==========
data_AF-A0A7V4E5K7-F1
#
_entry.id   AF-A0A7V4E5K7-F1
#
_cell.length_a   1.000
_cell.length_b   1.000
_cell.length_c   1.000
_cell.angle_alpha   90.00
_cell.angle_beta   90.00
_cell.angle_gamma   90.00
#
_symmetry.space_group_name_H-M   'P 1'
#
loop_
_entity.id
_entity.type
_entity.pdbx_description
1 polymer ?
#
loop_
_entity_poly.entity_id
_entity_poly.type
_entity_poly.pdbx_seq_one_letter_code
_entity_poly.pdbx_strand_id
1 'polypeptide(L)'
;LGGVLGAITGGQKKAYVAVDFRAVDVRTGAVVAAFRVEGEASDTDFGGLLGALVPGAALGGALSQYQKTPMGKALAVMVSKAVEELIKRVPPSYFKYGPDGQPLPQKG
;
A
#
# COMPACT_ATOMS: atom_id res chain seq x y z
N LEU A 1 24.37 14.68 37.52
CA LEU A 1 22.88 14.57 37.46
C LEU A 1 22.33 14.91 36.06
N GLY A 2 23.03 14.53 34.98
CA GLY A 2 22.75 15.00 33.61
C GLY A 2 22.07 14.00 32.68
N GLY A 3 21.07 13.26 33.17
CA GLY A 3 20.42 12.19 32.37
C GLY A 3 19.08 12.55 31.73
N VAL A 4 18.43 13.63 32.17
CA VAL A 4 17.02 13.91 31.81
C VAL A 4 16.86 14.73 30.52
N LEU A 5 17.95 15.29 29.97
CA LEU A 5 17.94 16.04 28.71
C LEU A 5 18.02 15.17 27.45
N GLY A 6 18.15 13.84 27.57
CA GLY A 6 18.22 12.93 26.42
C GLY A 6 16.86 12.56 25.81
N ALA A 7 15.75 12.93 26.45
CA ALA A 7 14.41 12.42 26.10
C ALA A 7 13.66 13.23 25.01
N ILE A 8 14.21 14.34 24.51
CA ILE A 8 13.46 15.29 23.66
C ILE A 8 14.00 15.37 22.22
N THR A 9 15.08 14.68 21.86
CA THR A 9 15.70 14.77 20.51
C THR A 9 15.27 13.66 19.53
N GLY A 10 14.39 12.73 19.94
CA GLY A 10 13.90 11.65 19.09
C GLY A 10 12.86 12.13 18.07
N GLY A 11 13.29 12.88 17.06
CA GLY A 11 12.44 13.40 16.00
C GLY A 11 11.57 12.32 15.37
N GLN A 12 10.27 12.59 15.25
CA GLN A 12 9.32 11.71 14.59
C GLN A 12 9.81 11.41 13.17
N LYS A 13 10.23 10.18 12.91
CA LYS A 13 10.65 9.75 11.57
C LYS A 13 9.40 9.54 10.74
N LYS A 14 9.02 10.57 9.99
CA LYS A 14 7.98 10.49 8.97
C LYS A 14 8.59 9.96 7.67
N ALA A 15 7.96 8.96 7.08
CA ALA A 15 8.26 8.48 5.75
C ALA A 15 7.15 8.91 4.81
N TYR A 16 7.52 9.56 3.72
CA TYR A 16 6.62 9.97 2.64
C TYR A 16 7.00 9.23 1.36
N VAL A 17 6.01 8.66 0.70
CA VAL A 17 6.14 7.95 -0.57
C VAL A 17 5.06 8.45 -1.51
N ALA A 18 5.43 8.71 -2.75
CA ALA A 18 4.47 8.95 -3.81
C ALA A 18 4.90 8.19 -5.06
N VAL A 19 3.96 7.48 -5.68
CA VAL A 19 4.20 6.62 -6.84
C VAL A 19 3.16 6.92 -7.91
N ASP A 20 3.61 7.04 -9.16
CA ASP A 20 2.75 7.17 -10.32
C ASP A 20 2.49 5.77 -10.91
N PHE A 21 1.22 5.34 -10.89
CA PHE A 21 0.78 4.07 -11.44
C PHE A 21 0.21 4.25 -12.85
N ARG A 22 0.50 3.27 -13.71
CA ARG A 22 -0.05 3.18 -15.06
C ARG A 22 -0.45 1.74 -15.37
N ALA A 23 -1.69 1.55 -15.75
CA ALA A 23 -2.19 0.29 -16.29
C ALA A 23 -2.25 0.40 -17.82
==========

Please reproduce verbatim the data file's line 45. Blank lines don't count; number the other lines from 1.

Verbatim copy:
C LEU A 5 18.02 15.17 27.45